October 29, 2002
Before his transformation into New York's symbol of recovery from the terrror attacks, Rudolph Giuliani earned a special mention in that city's history as the mayor who halved the number of crimes committed in the city and cut the murder rate by nearly two-thirds. Before Giuliani, crime had reached "epidemic" proportions in some parts of New York. The drug trade and its attendant violence turned certain areas into no-go zones each night and violent crime had become so commonplace that a fatalistic acceptance of the city's new character was emerging.
The famous "zero tolerance" policy worked from the premise that small crimes encourage larger ones. So, while the police could not directly control the rate of murders, rapes and other violent crime, they could alter the context or "culture" in which these took place by suppressing the petty crimes which framed them. This theory was based on the work of two criminologists who said that indifference to small deviations from a desirable norm (such as broken windows that were left unrepaired) encouraged larger transgressions such as street crime and drug dealing. One of them wrote: "[m]uggers and robbers, whether opportunistic or professional, believe they reduce their chances of being caught or even identified if they operate on streets where potential victims are already intimidated by prevailing conditions. If the neighbourhood cannot keep a bothersome panhandler from annoying passersby, the thief may reason, it is even less likely to call the police to identify a potential mugger or to interfere if the mugging actually takes place."
Writing about the success of this approach in a wonderful little book called The Tipping Point, the New Yorker journalist Malcolm Gladwell traced the evolution of "zero-tolerance" from the city's subway system which decided to eliminate grafitti from its cars and then to crack down on fare-beating (an estimated 170, 000 people avoided paying a token each day). Police had avoided arresting fare-beaters because of the amount of time they wasted doing it (the paperwork usually took a whole day to complete). After thinking hard about the problem, Transit Police chief William Bratton improved his staff's facilities, reducing this time to an hour. Then he chose several high-profile stations and made a large number of arrests as publicly as possible.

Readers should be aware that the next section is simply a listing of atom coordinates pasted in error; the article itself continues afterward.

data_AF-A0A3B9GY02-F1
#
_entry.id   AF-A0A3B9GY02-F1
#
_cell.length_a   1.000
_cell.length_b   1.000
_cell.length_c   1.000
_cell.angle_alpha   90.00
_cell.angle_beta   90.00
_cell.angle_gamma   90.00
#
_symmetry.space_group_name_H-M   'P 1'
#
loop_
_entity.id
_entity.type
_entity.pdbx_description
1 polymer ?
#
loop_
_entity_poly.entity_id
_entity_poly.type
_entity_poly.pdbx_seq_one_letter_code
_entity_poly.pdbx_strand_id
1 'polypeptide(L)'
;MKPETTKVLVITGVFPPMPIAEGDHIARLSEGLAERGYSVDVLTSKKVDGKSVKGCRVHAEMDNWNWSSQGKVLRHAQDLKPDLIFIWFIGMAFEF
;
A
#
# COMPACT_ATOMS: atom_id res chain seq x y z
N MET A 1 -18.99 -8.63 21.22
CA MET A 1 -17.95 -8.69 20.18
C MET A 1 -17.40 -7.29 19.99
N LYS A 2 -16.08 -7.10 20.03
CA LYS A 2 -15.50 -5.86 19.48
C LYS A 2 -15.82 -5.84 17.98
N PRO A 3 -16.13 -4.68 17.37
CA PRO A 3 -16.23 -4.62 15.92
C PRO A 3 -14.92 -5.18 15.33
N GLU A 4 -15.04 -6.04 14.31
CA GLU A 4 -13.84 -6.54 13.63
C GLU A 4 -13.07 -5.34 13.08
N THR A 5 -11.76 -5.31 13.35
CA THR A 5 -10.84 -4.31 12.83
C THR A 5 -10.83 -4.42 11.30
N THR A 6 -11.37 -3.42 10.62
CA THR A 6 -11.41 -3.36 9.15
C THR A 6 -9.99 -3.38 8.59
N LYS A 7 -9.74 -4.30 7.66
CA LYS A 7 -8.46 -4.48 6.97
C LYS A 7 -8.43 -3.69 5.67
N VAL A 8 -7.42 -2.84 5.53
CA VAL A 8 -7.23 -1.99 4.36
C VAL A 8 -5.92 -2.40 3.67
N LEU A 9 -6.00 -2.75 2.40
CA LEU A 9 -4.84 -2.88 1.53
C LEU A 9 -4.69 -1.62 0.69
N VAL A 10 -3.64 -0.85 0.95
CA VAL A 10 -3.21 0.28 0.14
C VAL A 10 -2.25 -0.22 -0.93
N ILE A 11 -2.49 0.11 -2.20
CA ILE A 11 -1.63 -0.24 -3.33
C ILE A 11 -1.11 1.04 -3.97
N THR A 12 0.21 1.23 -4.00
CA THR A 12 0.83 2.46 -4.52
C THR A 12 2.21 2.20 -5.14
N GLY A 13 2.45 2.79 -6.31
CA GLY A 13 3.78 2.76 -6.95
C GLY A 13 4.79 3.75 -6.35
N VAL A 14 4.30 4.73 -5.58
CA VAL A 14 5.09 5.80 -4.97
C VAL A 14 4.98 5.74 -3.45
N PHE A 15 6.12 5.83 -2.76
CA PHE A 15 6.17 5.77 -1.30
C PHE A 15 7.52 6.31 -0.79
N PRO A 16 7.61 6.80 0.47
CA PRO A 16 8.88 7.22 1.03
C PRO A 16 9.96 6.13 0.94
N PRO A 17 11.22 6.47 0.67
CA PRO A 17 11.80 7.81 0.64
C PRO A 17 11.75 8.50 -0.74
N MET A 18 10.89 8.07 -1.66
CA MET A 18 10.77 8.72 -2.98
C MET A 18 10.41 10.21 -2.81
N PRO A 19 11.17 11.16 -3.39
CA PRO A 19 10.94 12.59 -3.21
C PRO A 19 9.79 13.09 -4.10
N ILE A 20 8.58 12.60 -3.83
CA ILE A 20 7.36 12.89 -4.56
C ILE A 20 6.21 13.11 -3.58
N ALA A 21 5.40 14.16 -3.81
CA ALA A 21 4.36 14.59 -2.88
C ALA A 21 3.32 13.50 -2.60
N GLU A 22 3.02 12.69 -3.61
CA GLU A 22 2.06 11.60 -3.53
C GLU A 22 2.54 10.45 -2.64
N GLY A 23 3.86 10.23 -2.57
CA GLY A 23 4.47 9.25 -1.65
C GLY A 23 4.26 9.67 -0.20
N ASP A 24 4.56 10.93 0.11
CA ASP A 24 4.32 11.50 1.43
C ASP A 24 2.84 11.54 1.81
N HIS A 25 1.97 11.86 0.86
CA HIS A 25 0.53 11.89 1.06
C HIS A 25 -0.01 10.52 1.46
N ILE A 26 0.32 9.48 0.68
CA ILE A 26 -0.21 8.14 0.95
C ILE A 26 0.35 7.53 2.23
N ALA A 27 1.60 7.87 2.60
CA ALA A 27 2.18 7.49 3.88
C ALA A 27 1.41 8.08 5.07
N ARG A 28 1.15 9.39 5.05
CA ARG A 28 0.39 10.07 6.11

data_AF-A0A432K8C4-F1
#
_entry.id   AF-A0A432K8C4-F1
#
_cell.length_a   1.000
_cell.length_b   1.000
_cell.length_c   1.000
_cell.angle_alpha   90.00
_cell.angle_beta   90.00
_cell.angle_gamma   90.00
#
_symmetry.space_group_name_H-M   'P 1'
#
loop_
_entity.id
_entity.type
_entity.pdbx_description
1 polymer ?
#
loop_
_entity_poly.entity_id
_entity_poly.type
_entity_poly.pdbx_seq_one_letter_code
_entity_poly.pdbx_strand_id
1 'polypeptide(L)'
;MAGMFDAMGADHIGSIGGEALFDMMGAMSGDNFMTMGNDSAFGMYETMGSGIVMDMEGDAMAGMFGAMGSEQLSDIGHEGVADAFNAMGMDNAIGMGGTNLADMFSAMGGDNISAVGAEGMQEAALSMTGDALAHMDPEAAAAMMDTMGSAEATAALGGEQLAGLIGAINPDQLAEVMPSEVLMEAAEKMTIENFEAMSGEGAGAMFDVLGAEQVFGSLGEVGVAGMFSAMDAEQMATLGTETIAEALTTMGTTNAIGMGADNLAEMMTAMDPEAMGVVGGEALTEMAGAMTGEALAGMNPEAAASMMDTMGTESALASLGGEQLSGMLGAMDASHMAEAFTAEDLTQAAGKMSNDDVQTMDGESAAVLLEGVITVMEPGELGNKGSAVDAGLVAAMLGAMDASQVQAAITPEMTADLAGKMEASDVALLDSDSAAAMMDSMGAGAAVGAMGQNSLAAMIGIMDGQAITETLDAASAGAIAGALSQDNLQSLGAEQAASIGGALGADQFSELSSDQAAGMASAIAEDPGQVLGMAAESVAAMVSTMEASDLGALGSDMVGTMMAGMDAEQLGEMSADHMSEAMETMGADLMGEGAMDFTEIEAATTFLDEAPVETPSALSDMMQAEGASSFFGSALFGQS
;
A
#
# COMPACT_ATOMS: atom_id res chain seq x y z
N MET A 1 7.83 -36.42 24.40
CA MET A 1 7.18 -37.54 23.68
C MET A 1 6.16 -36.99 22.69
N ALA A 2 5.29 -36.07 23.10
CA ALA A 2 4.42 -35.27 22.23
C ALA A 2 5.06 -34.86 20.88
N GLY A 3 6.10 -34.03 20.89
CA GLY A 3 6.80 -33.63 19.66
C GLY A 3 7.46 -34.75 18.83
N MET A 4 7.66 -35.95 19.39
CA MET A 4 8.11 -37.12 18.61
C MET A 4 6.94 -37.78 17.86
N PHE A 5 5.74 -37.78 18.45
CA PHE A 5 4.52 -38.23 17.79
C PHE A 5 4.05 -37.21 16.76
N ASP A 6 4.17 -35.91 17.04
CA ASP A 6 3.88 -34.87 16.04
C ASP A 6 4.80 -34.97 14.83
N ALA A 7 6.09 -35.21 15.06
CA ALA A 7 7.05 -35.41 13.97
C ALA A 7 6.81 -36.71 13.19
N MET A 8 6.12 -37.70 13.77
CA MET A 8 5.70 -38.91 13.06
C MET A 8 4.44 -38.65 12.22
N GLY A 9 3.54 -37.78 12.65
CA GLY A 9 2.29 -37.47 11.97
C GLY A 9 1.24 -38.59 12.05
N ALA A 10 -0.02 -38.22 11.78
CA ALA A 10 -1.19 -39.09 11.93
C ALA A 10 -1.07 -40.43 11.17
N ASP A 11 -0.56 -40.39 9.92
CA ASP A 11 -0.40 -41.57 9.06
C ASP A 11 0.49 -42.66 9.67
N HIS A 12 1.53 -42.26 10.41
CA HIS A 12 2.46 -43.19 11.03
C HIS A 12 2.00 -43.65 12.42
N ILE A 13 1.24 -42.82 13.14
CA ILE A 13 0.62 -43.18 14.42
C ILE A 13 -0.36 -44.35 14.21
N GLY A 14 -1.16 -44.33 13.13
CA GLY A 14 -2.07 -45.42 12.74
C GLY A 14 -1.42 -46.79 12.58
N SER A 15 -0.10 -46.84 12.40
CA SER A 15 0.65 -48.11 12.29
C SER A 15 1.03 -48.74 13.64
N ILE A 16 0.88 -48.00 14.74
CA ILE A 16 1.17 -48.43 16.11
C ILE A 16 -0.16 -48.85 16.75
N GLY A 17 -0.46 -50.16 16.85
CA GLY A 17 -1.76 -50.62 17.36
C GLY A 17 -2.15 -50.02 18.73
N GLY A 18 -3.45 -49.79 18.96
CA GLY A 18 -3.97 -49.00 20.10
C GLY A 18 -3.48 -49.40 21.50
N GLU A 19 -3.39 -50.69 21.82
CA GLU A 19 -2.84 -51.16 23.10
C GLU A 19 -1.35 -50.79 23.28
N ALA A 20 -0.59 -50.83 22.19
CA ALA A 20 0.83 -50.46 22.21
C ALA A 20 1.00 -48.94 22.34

One in seven fare-beaters had outstanding warrants for previous offences and one in twenty was carrying some kind of weapon. Fewer armed men meant fewer violent confrontations and eventually, the likelihood of being stopped and searched discouraged many potential felons from walking around with any kind of weapon. The fare-beating arrests therefore had a significant knock-on effect on other crimes. Transit Police arrests quintupled between 1990 and 1994 (the year Giuliani was elected) and Bratton became head of the New York Police Department which then implemented the subway strategies on a much wider scale. The policy was a great success, but it was not done with a wave of a wand. Incremental changes in the subway "culture" combined with improved policing and long term administrative support to produce the sharp drop in crime rates.
Since then "zero tolerance" has been touted as a quick fix for any city with a crime problem. Mexico City, for example, recently signed a US$ 4.3 million contract with Giuliani's consulting firm for advice on how to lessen the city's chaos and carry out similar law enforcement reforms. Whether Mexico's very different economy and public culture will be able to underwrite the kind of change Giuliani is being asked to deliver is anyone's guess, but some locals are doubtful. The Christian Science Monitor reports: "Only 3 percent of Mexicans have confidence in the police. 'The difference is, in the US, people aspire to be law-abiding citizens,' says Mario Arroyo, a researcher at the International Center for Safety Studies in Mexico City. 'Here in Mexico, respect goes to those who evade the law.'"
Could "zero tolerance" work in Guyana? Maybe, but probably not as it ought to. How much radical change is possible given the erosion of our civic norms? Blocked drains and unweeded parapets, potholes, decrepit public buildings, people urinating in public, speeding minibuses, overloud music, traffic lights that don't always work, casual littering, spitting and obscenity - these create "streets in which potential victims are already intimidated by prevailing conditions." Our society has defaulted to "full tolerance" - and easy cures are a fantasy. Giving policemen bigger guns or faster cars is not the only way to tackle a crime problem. We must also consider their salaries and training, and the wider public context of our many "broken windows". We should not blame them for our failure to address the poverty and despair which underlie so much of the recent violence. The recent shutdown of businesses showed that crime cannot occur in a vacuum. Neither can solutions.